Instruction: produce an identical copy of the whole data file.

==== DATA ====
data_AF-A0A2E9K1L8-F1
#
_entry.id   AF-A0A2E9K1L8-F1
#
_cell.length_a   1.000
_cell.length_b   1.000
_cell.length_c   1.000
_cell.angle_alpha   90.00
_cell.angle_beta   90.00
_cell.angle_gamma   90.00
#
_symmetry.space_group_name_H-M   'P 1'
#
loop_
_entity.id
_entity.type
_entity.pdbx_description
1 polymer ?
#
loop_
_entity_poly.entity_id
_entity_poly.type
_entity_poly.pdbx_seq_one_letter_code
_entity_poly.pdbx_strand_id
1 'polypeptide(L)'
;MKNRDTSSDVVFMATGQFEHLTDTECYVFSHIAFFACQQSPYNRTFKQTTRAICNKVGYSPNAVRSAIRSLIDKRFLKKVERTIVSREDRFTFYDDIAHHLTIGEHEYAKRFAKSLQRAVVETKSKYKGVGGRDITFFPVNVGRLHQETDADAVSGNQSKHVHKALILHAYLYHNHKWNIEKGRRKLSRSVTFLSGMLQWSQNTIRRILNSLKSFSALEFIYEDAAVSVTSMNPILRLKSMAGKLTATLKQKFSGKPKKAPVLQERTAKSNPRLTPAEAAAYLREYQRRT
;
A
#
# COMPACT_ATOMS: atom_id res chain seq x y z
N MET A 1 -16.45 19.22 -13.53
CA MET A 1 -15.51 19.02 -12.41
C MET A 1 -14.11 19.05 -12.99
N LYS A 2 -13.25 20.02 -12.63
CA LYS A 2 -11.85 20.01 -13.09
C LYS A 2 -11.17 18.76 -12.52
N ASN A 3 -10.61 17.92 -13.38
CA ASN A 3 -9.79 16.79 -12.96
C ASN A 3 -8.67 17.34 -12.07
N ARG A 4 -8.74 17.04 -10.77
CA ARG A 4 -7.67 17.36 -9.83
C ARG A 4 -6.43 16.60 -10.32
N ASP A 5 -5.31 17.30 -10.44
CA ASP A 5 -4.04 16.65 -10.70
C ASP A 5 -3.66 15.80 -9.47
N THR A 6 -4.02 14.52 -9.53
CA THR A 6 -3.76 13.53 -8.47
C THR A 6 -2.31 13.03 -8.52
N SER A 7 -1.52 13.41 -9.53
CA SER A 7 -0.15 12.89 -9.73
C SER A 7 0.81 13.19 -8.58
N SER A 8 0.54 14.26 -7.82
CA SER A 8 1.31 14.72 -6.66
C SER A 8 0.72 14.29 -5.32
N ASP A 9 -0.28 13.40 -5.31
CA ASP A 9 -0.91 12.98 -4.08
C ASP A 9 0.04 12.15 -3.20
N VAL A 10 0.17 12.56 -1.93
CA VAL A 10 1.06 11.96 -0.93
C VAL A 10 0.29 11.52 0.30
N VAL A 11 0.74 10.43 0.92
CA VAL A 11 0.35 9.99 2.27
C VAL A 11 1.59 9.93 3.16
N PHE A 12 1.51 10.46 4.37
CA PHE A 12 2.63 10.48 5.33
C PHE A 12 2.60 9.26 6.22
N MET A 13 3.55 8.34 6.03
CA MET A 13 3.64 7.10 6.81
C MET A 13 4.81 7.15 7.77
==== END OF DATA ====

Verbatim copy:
data_AF-A0A2E9K1L8-F1
#
_entry.id   AF-A0A2E9K1L8-F1
#
_cell.length_a   1.000
_cell.length_b   1.000
_cell.length_c   1.000
_cell.angle_alpha   90.00
_cell.angle_beta   90.00
_cell.angle_gamma   90.00
#
_symmetry.space_group_name_H-M   'P 1'
#
loop_
_entity.id
_entity.type
_entity.pdbx_description
1 polymer ?
#
loop_
_entity_poly.entity_id
_entity_poly.type
_entity_poly.pdbx_seq_one_letter_code
_entity_poly.pdbx_strand_id
1 'polypeptide(L)'
;MKNRDTSSDVVFMATGQFEHLTDTECYVFSHIAFFACQQSPYNRTFKQTTRAICNKVGYSPNAVRSAIRSLIDKRFLKKVERTIVSREDRFTFYDDIAHHLTIGEHEYAKRFAKSLQRAVVETKSKYKGVGGRDITFFPVNVGRLHQETDADAVSGNQSKHVHKALILHAYLYHNHKWNIEKGRRKLSRSVTFLSGMLQWSQNTIRRILNSLKSFSALEFIYEDAAVSVTSMNPILRLKSMAGKLTATLKQKFSGKPKKAPVLQERTAKSNPRLTPAEAAAYLREYQRRT
;
A
#
# COMPACT_ATOMS: atom_id res chain seq x y z
N MET A 1 -16.45 19.22 -13.53
CA MET A 1 -15.51 19.02 -12.41
C MET A 1 -14.11 19.05 -12.99
N LYS A 2 -13.25 20.02 -12.63
CA LYS A 2 -11.85 20.01 -13.09
C LYS A 2 -11.17 18.76 -12.52
N ASN A 3 -10.61 17.92 -13.38
CA ASN A 3 -9.79 16.79 -12.96
C ASN A 3 -8.67 17.34 -12.07
N ARG A 4 -8.74 17.04 -10.77
CA ARG A 4 -7.67 17.36 -9.83
C ARG A 4 -6.43 16.60 -10.32
N ASP A 5 -5.31 17.30 -10.44
CA ASP A 5 -4.04 16.65 -10.70
C ASP A 5 -3.66 15.80 -9.47
N THR A 6 -4.02 14.52 -9.53
CA THR A 6 -3.76 13.53 -8.47
C THR A 6 -2.31 13.03 -8.52
N SER A 7 -1.52 13.41 -9.53
CA SER A 7 -0.15 12.89 -9.73
C SER A 7 0.81 13.19 -8.58
N SER A 8 0.54 14.26 -7.82
CA SER A 8 1.31 14.72 -6.66
C SER A 8 0.72 14.29 -5.32
N ASP A 9 -0.28 13.40 -5.31
CA ASP A 9 -0.91 12.98 -4.08
C ASP A 9 0.04 12.15 -3.20
N VAL A 10 0.17 12.56 -1.93
CA VAL A 10 1.06 11.96 -0.93
C VAL A 10 0.29 11.52 0.30
N VAL A 11 0.74 10.43 0.92
CA VAL A 11 0.35 9.99 2.27
C VAL A 11 1.59 9.93 3.16
N PHE A 12 1.51 10.46 4.37
CA PHE A 12 2.63 10.48 5.33
C PHE A 12 2.60 9.26 6.22
N MET A 13 3.55 8.34 6.03
CA MET A 13 3.64 7.10 6.81
C MET A 13 4.81 7.15 7.77